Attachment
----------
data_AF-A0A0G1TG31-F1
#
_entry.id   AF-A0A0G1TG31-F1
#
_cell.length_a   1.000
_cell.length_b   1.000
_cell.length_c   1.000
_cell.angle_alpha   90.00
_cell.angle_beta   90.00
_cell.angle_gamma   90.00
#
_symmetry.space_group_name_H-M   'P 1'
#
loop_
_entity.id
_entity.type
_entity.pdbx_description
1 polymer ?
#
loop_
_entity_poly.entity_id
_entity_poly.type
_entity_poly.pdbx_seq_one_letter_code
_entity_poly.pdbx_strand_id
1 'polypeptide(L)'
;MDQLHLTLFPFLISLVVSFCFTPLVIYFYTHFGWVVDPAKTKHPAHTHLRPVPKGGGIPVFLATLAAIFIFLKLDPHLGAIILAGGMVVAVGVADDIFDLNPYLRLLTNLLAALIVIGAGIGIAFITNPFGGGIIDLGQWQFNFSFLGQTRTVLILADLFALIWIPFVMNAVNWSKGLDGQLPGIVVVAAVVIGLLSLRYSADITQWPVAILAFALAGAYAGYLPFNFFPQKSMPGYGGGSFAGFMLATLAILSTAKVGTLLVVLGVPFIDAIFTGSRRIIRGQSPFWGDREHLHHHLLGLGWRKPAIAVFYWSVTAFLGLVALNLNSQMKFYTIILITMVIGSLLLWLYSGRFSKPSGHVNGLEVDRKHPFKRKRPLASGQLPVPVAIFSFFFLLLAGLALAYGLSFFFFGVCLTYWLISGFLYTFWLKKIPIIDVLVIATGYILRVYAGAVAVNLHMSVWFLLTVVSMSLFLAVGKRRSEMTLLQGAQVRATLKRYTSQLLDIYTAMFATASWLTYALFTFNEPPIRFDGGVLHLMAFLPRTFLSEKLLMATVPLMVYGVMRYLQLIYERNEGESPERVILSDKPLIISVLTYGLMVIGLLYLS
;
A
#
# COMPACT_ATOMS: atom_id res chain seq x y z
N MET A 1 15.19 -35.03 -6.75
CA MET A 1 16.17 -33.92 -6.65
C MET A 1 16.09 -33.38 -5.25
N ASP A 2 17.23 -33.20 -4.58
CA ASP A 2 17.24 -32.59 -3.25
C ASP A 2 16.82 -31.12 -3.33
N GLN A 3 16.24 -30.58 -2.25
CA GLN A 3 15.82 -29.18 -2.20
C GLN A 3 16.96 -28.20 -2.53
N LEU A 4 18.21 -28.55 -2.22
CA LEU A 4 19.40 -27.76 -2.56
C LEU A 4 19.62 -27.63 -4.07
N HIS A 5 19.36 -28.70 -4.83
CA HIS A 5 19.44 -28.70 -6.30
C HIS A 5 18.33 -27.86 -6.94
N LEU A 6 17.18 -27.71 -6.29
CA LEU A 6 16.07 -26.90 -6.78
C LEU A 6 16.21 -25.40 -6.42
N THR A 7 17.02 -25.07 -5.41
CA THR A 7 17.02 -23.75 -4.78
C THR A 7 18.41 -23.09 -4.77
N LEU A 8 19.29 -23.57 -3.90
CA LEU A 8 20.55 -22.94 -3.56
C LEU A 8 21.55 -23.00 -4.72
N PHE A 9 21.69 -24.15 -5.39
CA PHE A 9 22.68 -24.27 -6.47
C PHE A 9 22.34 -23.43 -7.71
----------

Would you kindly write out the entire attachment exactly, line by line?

data_AF-A0A0G1TG31-F1
#
_entry.id   AF-A0A0G1TG31-F1
#
_cell.length_a   1.000
_cell.length_b   1.000
_cell.length_c   1.000
_cell.angle_alpha   90.00
_cell.angle_beta   90.00
_cell.angle_gamma   90.00
#
_symmetry.space_group_name_H-M   'P 1'
#
loop_
_entity.id
_entity.type
_entity.pdbx_description
1 polymer ?
#
loop_
_entity_poly.entity_id
_entity_poly.type
_entity_poly.pdbx_seq_one_letter_code
_entity_poly.pdbx_strand_id
1 'polypeptide(L)'
;MDQLHLTLFPFLISLVVSFCFTPLVIYFYTHFGWVVDPAKTKHPAHTHLRPVPKGGGIPVFLATLAAIFIFLKLDPHLGAIILAGGMVVAVGVADDIFDLNPYLRLLTNLLAALIVIGAGIGIAFITNPFGGGIIDLGQWQFNFSFLGQTRTVLILADLFALIWIPFVMNAVNWSKGLDGQLPGIVVVAAVVIGLLSLRYSADITQWPVAILAFALAGAYAGYLPFNFFPQKSMPGYGGGSFAGFMLATLAILSTAKVGTLLVVLGVPFIDAIFTGSRRIIRGQSPFWGDREHLHHHLLGLGWRKPAIAVFYWSVTAFLGLVALNLNSQMKFYTIILITMVIGSLLLWLYSGRFSKPSGHVNGLEVDRKHPFKRKRPLASGQLPVPVAIFSFFFLLLAGLALAYGLSFFFFGVCLTYWLISGFLYTFWLKKIPIIDVLVIATGYILRVYAGAVAVNLHMSVWFLLTVVSMSLFLAVGKRRSEMTLLQGAQVRATLKRYTSQLLDIYTAMFATASWLTYALFTFNEPPIRFDGGVLHLMAFLPRTFLSEKLLMATVPLMVYGVMRYLQLIYERNEGESPERVILSDKPLIISVLTYGLMVIGLLYLS
;
A
#
# COMPACT_ATOMS: atom_id res chain seq x y z
N MET A 1 15.19 -35.03 -6.75
CA MET A 1 16.17 -33.92 -6.65
C MET A 1 16.09 -33.38 -5.25
N ASP A 2 17.23 -33.20 -4.58
CA ASP A 2 17.24 -32.59 -3.25
C ASP A 2 16.82 -31.12 -3.33
N GLN A 3 16.24 -30.58 -2.25
CA GLN A 3 15.82 -29.18 -2.20
C GLN A 3 16.96 -28.20 -2.53
N LEU A 4 18.21 -28.55 -2.22
CA LEU A 4 19.40 -27.76 -2.56
C LEU A 4 19.62 -27.63 -4.07
N HIS A 5 19.36 -28.70 -4.83
CA HIS A 5 19.44 -28.70 -6.30
C HIS A 5 18.33 -27.86 -6.94
N LEU A 6 17.18 -27.71 -6.29
CA LEU A 6 16.07 -26.90 -6.78
C LEU A 6 16.21 -25.40 -6.42
N THR A 7 17.02 -25.07 -5.41
CA THR A 7 17.02 -23.75 -4.78
C THR A 7 18.41 -23.09 -4.77
N LEU A 8 19.29 -23.57 -3.90
CA LEU A 8 20.55 -22.94 -3.56
C LEU A 8 21.55 -23.00 -4.72
N PHE A 9 21.69 -24.15 -5.39
CA PHE A 9 22.68 -24.27 -6.47
C PHE A 9 22.34 -23.43 -7.71